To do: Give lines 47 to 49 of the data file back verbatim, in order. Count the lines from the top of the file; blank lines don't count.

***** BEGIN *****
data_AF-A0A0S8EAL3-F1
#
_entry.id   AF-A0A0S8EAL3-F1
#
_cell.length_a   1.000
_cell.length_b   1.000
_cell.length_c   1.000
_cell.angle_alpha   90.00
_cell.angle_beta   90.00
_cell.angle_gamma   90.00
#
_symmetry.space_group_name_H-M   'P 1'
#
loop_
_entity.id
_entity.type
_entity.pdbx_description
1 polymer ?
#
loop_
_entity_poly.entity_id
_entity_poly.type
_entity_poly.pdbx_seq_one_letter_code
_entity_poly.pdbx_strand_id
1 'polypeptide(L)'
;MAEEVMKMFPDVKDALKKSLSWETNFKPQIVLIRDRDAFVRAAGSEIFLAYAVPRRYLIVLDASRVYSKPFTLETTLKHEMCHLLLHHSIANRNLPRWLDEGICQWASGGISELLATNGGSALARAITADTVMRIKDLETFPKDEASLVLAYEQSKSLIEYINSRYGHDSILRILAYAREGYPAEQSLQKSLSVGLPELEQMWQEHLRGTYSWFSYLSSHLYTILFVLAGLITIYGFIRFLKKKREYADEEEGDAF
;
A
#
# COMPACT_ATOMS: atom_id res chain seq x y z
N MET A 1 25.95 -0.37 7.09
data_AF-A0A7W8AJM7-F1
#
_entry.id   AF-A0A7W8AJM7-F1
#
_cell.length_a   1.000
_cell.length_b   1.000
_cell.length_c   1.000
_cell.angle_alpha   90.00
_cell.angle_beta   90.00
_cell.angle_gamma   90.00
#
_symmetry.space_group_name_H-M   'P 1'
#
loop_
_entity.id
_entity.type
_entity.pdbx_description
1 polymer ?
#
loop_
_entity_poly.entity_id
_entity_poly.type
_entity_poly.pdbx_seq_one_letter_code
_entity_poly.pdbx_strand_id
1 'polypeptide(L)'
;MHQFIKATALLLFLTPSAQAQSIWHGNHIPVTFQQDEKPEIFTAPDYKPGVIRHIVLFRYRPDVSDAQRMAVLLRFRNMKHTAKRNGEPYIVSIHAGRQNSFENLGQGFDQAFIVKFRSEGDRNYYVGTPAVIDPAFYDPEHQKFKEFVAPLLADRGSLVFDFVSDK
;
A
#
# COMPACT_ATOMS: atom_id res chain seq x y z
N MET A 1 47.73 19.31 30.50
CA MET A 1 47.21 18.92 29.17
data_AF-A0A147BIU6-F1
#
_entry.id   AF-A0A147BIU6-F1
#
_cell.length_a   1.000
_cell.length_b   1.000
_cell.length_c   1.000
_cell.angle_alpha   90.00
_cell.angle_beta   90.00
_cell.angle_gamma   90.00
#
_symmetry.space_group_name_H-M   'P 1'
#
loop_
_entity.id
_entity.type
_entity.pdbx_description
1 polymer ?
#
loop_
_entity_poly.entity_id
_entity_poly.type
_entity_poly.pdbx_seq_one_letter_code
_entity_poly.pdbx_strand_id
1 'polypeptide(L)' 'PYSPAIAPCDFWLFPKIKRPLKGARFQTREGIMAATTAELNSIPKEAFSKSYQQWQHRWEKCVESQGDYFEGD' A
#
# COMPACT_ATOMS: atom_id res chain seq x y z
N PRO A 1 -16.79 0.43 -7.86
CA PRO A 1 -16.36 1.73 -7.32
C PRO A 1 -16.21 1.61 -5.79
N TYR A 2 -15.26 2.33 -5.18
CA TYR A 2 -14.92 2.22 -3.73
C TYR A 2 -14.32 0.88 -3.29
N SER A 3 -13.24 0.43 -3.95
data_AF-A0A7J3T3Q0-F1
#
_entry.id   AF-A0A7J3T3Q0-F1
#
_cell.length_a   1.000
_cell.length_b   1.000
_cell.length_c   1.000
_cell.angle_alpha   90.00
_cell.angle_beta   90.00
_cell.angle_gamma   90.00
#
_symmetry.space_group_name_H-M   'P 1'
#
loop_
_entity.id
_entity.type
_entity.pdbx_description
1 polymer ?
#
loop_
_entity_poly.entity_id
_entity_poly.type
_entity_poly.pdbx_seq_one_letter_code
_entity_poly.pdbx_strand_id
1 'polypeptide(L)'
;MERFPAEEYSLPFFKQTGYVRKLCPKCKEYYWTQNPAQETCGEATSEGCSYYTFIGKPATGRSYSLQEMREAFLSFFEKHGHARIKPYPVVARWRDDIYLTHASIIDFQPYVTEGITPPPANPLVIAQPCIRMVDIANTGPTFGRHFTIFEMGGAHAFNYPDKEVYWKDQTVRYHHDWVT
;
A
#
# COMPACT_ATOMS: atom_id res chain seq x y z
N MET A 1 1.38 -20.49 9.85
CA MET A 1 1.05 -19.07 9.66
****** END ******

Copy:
_entity.type
_entity.pdbx_description
1 polymer ?